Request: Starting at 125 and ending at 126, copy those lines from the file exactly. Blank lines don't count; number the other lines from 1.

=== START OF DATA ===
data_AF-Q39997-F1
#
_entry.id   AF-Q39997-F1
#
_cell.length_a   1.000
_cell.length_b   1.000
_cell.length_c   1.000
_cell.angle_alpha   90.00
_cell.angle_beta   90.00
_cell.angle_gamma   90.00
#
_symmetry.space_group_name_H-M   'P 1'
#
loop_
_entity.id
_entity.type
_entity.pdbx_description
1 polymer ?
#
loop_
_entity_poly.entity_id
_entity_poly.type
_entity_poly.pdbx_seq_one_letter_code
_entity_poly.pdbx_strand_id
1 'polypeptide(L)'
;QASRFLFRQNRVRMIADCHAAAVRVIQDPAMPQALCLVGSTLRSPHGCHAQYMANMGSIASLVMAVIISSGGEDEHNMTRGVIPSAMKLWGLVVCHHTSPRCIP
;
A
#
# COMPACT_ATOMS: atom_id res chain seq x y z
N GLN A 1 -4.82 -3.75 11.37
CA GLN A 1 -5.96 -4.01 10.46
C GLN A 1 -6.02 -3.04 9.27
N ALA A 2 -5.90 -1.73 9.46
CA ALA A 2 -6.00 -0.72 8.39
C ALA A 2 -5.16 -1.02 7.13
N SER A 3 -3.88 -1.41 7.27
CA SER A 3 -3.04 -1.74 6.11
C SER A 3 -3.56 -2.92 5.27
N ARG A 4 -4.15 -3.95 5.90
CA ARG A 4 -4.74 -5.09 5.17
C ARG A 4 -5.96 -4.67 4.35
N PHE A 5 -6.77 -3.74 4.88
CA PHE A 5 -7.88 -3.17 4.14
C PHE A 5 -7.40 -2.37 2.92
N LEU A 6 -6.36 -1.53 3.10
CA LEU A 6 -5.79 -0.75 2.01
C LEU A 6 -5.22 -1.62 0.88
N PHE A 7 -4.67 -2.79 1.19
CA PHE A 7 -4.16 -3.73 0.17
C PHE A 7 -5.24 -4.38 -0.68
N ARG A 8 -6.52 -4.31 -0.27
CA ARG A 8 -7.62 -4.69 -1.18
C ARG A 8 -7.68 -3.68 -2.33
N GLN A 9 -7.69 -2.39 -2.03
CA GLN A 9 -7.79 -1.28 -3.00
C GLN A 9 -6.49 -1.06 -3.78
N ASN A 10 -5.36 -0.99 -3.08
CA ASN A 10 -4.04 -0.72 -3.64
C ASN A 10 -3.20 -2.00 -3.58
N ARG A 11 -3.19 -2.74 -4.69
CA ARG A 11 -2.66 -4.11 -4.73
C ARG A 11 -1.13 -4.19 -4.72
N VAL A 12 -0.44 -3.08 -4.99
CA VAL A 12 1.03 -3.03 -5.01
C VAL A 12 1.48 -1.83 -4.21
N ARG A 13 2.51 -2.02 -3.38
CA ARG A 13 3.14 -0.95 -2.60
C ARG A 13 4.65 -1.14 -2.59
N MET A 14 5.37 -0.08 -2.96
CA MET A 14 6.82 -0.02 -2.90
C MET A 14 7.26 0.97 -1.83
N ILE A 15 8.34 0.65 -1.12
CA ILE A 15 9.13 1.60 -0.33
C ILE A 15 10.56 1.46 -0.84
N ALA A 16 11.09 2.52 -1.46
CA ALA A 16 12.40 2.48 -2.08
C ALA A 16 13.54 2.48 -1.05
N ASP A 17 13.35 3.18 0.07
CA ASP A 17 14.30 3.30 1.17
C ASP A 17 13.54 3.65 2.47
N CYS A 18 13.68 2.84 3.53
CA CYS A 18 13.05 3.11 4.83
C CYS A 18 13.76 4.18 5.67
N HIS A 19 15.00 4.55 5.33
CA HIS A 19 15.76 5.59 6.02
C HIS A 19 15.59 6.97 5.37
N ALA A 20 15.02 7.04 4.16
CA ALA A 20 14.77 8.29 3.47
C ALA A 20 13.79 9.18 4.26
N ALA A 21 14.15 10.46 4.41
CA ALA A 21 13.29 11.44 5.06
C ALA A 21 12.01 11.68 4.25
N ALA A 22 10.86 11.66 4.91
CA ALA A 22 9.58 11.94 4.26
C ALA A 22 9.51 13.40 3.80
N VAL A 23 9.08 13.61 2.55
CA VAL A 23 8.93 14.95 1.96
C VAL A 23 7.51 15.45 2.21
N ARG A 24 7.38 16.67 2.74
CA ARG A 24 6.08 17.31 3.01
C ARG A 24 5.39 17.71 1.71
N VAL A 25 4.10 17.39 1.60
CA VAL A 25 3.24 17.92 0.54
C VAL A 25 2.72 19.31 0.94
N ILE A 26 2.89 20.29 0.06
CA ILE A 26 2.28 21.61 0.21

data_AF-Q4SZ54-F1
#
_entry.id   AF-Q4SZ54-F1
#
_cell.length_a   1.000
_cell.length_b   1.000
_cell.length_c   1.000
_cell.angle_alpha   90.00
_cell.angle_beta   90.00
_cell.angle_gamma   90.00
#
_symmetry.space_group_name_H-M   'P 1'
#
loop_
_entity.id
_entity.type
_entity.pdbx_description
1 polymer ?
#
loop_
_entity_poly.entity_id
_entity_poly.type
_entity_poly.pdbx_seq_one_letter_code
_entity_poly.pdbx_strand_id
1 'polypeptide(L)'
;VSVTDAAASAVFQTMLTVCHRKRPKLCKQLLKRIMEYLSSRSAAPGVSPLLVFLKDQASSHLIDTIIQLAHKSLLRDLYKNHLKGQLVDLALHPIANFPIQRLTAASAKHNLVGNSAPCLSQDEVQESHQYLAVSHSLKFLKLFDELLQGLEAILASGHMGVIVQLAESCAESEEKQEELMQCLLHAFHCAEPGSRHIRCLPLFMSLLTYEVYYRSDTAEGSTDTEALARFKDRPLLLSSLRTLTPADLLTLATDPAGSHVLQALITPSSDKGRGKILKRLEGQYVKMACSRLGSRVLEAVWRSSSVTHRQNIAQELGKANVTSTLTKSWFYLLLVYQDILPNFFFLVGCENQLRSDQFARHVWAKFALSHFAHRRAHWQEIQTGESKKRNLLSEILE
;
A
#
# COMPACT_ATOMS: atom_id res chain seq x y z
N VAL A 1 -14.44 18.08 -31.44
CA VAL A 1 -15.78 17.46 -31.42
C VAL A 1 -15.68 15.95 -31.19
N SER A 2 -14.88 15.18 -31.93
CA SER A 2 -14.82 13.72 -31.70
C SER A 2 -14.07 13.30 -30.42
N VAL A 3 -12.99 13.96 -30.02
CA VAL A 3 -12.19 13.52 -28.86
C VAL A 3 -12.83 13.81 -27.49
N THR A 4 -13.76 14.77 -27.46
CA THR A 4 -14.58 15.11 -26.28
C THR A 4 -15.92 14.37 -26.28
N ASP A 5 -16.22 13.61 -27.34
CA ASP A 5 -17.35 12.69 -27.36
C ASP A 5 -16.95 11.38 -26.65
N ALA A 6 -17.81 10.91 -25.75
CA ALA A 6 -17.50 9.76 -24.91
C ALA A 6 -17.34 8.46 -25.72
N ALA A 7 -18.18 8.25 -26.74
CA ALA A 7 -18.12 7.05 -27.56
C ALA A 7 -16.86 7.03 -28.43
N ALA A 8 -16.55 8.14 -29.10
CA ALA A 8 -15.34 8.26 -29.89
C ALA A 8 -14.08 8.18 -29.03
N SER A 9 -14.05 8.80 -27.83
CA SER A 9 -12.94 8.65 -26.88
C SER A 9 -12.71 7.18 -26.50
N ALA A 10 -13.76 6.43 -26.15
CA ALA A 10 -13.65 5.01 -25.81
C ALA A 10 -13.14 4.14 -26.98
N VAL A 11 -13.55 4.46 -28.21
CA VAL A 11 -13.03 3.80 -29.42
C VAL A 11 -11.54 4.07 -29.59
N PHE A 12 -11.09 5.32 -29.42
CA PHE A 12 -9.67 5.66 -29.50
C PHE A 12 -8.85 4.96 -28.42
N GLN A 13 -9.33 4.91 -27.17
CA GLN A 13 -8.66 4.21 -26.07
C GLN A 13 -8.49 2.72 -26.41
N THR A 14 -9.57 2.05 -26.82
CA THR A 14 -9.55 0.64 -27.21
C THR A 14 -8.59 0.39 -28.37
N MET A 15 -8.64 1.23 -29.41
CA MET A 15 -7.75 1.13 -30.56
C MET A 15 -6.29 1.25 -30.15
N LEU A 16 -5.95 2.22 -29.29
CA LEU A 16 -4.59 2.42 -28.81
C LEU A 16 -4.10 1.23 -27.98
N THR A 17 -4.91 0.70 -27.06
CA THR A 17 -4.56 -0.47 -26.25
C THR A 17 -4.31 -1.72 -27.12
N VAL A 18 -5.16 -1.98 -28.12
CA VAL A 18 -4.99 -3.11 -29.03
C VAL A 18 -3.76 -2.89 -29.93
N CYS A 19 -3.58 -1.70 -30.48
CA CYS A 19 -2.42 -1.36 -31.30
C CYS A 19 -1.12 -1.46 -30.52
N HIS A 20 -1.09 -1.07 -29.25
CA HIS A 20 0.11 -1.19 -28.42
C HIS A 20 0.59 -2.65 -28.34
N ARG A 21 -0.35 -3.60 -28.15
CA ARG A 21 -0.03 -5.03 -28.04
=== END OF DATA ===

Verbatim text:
1 polymer ?
#